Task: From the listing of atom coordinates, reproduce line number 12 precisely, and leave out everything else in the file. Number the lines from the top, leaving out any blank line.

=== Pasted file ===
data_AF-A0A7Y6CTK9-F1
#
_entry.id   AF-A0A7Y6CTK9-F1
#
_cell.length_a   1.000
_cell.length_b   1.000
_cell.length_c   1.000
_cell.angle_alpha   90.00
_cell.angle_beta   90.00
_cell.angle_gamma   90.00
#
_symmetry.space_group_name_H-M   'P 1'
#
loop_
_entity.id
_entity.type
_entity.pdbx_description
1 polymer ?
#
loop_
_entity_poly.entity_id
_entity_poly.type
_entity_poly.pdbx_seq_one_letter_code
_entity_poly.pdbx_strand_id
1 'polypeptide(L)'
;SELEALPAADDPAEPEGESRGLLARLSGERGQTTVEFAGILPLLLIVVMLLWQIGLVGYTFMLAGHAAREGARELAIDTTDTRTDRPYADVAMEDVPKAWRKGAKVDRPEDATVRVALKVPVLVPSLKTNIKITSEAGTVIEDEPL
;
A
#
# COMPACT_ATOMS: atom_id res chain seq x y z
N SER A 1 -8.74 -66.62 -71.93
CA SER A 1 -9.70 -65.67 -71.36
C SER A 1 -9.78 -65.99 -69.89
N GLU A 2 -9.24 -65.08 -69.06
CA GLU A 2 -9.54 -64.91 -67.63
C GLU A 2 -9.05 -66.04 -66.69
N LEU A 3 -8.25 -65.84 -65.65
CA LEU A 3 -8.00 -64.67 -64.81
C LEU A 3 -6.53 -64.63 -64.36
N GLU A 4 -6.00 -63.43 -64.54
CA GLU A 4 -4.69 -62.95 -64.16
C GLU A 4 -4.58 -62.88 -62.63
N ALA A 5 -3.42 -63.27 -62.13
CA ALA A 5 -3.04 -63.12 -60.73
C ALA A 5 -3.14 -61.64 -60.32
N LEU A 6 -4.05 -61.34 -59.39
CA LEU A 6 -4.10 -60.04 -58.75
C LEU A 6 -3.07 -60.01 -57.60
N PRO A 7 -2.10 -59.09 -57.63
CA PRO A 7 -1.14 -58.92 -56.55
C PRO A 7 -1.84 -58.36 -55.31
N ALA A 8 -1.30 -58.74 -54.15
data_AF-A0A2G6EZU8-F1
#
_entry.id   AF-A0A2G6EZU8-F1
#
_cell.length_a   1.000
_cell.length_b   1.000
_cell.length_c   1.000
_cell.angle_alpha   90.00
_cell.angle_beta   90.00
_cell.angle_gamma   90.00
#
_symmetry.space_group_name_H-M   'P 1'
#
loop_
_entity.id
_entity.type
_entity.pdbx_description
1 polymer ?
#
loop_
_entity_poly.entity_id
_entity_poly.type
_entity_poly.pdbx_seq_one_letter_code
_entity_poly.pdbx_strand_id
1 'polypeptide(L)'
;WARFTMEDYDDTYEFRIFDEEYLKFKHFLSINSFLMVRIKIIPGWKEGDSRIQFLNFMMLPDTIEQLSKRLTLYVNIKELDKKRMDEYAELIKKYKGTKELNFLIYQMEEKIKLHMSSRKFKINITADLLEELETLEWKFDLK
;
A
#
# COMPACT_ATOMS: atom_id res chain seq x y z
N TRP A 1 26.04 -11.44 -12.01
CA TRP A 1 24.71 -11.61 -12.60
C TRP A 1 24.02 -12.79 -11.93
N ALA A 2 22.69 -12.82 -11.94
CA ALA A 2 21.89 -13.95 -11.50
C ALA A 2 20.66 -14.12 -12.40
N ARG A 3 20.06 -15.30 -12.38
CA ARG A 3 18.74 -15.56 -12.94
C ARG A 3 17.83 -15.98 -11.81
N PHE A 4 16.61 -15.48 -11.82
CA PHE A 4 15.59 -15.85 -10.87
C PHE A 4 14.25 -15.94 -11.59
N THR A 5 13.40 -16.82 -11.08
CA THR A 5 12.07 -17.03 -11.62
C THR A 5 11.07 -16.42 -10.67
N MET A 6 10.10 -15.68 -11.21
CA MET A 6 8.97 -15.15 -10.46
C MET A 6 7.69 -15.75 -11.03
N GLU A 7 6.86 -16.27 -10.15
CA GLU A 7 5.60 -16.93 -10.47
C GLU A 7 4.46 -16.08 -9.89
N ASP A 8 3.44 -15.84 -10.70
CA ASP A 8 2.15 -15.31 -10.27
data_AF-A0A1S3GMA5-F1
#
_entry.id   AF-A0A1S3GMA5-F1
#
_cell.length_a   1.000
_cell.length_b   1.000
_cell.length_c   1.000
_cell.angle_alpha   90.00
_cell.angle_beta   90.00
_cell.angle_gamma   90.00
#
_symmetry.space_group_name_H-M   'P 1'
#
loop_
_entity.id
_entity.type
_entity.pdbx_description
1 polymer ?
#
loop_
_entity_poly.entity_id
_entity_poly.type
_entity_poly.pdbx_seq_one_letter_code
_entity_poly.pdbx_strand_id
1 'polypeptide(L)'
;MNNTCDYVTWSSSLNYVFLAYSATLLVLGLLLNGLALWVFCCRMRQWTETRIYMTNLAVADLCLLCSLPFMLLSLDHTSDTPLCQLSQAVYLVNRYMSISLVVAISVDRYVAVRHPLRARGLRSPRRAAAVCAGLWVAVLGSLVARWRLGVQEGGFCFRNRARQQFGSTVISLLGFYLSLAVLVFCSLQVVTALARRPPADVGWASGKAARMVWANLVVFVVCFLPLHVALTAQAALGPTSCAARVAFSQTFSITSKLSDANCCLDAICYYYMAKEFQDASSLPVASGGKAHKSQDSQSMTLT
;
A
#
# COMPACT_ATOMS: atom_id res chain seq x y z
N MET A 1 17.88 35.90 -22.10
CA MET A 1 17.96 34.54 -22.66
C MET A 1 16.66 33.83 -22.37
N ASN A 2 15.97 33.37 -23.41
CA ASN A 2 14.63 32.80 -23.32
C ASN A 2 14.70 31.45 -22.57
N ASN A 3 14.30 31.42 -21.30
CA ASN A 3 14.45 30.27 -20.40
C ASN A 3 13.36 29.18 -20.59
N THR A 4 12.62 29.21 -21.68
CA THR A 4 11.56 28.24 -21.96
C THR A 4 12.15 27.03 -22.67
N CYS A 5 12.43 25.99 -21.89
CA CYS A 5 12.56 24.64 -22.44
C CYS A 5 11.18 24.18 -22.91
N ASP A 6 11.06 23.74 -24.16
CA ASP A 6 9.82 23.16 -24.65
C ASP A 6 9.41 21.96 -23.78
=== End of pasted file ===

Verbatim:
_symmetry.space_group_name_H-M   'P 1'